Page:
Old-Fashioned

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The cloud formation on top
Told us that this was going to be
A monsoon eve. We went indoors
And took a poem from Neruda, toying
With a woman’s anatomy, that to me
Was as sensuous as making love.
I knew the world we’ve inherited
Doesn’t live in superstition, which to
The old-fashioned pilgrim, is faith.
And still, “what makes me a believer?”
I question this time and again.

I’m like a grotto on an acacia tree
Where you can put a lantern
The faith lantern, or I’m the inverse
Of those hungry for wanderlust
Or crazed love making. Still I don’t denounce neither.
I’m like that wall of Jericho that sits
Still and marks a perimeter,
Of the oldest continually living metropolis,
Where faith is more ancient, more relevant
Than any scroll, or shroud.

And I look at those specimens
Of the new world, the questionnaires
That they possess, and the catalogs
They call bucket lists. I don’t envy them.
I’m like a moss covered stone
Who is at ease with the moss, the slimy
Growth on my cover, knowing I’m
Just an interface of palms
And an ark of faith, holding together
A journey on beads that takes
Me to my promiseland, where incertitude
Is just as barren as a dessert, and hope
Lives like a far-away oasis, and the bible,
What else but those dromedary camels
That take me to and fro,

From doubt to conviction,
From Moses sands to Abrahamic springs.

Kith and Kin

 

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A flower, a loved one,
Who wilts right in front of your eyes,
And blossoms flaws on skin

Only to one day become,
One with the residue of what doesn’t become gas,
But stays horizontal beneath earth.

Where new floral arrangements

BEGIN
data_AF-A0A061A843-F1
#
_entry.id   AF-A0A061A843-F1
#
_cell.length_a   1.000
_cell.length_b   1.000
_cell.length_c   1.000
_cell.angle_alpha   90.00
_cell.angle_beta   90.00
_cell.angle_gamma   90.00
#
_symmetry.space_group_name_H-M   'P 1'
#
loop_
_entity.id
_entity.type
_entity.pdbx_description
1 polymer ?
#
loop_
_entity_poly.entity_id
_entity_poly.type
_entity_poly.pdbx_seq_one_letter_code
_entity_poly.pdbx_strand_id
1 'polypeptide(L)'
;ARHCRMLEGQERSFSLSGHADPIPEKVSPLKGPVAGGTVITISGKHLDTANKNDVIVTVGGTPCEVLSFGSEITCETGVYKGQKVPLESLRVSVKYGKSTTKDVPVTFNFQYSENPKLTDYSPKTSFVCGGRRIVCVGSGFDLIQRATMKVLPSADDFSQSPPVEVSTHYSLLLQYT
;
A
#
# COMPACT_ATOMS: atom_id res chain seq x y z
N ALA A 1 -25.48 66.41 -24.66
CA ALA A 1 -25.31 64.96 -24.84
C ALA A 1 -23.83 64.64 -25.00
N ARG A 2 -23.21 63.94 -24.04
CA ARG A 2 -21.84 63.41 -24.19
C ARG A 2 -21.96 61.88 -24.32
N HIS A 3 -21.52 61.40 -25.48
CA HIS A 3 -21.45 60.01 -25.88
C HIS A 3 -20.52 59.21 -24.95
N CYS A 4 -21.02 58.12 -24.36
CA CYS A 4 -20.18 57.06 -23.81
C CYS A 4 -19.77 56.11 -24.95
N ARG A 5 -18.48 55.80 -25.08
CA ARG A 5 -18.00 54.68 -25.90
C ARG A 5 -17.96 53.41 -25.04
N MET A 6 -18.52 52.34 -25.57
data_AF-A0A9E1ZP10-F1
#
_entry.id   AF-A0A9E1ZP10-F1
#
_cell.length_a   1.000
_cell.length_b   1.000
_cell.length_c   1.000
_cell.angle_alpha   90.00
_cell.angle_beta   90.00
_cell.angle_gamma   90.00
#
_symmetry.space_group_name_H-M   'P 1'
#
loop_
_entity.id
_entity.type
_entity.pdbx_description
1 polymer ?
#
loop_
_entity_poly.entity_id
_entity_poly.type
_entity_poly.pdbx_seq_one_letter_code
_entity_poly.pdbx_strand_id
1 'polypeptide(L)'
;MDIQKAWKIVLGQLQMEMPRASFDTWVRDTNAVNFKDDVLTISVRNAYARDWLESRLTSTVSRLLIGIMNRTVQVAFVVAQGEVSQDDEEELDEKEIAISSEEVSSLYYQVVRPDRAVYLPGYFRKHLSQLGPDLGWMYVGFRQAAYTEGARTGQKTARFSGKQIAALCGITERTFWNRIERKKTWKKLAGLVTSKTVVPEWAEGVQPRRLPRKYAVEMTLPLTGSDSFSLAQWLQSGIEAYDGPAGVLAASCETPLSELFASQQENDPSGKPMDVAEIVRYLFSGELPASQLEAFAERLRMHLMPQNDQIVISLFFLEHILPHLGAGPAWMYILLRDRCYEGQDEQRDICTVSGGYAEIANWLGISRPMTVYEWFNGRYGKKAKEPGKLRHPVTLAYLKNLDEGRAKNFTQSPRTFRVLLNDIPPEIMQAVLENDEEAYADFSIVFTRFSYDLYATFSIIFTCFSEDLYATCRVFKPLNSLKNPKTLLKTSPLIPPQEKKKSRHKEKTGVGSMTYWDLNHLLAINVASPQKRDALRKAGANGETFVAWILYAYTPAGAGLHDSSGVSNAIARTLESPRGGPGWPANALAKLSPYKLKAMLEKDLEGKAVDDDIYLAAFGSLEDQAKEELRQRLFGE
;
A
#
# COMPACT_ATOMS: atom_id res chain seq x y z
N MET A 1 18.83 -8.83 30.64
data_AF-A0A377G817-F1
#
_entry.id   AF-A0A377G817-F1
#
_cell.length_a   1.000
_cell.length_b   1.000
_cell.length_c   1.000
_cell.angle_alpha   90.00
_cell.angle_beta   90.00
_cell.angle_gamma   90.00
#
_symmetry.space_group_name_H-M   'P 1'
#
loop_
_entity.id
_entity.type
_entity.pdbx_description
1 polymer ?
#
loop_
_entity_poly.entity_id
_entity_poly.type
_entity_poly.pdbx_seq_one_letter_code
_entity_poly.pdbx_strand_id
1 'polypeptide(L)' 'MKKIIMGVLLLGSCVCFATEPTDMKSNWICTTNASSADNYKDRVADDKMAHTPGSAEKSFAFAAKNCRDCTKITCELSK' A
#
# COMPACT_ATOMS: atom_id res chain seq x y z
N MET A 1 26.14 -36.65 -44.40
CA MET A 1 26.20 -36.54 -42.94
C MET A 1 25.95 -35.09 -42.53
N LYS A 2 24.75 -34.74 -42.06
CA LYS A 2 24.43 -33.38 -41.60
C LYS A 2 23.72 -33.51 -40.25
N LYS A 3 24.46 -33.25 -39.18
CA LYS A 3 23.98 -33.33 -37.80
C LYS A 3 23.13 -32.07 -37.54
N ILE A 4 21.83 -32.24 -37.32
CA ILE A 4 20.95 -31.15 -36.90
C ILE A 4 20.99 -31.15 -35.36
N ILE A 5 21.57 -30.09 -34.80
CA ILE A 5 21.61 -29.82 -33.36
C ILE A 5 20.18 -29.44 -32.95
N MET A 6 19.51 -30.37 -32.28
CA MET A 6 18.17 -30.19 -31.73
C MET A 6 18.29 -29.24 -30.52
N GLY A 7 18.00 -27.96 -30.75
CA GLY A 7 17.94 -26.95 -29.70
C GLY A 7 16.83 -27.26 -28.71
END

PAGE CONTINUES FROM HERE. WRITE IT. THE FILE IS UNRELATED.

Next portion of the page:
Are placed every year, on the same date,
Next to an epitaph, that tells why she
Existed and why we ceased to exist
After her beleaguering fall.

Its amazing how intertwined life and memory is,
And all we have is an offering of flowers
To a flower that once was, to remind ourselves,

We always were, and always will be,
A bed full of rose blooms, whose thorns,
Only made our hands bloody, and yet stood,

Thicker than water, which always
Threatens to run dry.

McDonalds

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An embodiment, a larger-than-life clown
Who sells happiness, in Scottish chunks,
– After all it is of the McDonald clan – 
Which like the kilt, emboldens the pleats
Of one’s tummy, the tyres,
That when stacked as concentric rings,
Makes a child or a grown man,
A little heavier around the waist,
And perhaps quite obese.
Still, how can I not be exhilarant,
When I see how one single bite,
Into the trinity of meat, wheat and mayonnaise
Can manifest to a childish heart,
The essence of how miniature in form,
Happiness is. Those nuggets
And burgers that once were a part
Of a chicken or bull, now stand
Flatter than a pancake, making
Inroads to where it all melts, on the tongue,
Where legends rave of how a little Scottish conviction,
Which like the Loch Ness monster,
Has made a legend stick,
Sculpting a yardstick in fast food,
Of an American invention
Bigger than golf, merrier than bagpipes,
Commonplace as thistles,
More relevant than the Catholic church,
And just like Sean Connery,
Carries the license to kill the rumble,
Inside a child’s tummy.